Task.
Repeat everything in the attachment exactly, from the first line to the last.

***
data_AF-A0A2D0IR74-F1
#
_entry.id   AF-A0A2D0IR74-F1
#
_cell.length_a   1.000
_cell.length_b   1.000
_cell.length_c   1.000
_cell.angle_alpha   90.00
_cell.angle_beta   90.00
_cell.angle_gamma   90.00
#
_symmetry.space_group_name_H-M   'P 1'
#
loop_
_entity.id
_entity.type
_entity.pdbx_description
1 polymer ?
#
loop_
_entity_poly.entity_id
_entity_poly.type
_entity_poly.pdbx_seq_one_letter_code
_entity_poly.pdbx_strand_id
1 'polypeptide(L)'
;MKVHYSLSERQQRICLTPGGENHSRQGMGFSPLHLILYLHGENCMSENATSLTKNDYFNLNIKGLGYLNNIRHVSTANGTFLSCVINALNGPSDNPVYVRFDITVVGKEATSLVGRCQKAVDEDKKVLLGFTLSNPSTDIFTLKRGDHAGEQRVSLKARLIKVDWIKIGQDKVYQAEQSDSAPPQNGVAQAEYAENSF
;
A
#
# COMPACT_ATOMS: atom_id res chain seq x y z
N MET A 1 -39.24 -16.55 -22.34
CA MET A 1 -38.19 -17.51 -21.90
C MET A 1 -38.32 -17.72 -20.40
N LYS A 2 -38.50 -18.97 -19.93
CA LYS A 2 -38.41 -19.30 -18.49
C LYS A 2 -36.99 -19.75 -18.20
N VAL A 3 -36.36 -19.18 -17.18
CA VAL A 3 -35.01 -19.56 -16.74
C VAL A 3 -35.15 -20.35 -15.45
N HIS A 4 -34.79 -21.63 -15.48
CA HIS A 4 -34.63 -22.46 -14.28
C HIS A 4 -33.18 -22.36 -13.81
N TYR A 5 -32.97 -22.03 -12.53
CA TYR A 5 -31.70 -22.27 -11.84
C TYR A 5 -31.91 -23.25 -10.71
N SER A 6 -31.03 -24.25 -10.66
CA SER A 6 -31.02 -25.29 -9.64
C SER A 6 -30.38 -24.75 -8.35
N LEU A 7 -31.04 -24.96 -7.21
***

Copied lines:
data_AF-A0A2D0IR74-F1
#
_entry.id   AF-A0A2D0IR74-F1
#
_cell.length_a   1.000
_cell.length_b   1.000
_cell.length_c   1.000
_cell.angle_alpha   90.00
_cell.angle_beta   90.00
_cell.angle_gamma   90.00
#
_symmetry.space_group_name_H-M   'P 1'
#
loop_
_entity.id
_entity.type
_entity.pdbx_description
1 polymer ?
#
loop_
_entity_poly.entity_id
_entity_poly.type
_entity_poly.pdbx_seq_one_letter_code
_entity_poly.pdbx_strand_id
1 'polypeptide(L)'
;MKVHYSLSERQQRICLTPGGENHSRQGMGFSPLHLILYLHGENCMSENATSLTKNDYFNLNIKGLGYLNNIRHVSTANGTFLSCVINALNGPSDNPVYVRFDITVVGKEATSLVGRCQKAVDEDKKVLLGFTLSNPSTDIFTLKRGDHAGEQRVSLKARLIKVDWIKIGQDKVYQAEQSDSAPPQNGVAQAEYAENSF
;
A
#
# COMPACT_ATOMS: atom_id res chain seq x y z
N MET A 1 -39.24 -16.55 -22.34
CA MET A 1 -38.19 -17.51 -21.90
C MET A 1 -38.32 -17.72 -20.40
N LYS A 2 -38.50 -18.97 -19.93
CA LYS A 2 -38.41 -19.30 -18.49
C LYS A 2 -36.99 -19.75 -18.20
N VAL A 3 -36.36 -19.18 -17.18
CA VAL A 3 -35.01 -19.56 -16.74
C VAL A 3 -35.15 -20.35 -15.45
N HIS A 4 -34.79 -21.63 -15.48
CA HIS A 4 -34.63 -22.46 -14.28
C HIS A 4 -33.18 -22.36 -13.81
N TYR A 5 -32.97 -22.03 -12.53
CA TYR A 5 -31.70 -22.27 -11.84
C TYR A 5 -31.91 -23.25 -10.71
N SER A 6 -31.03 -24.25 -10.66
CA SER A 6 -31.02 -25.29 -9.64
C SER A 6 -30.38 -24.75 -8.35
N LEU A 7 -31.04 -24.96 -7.21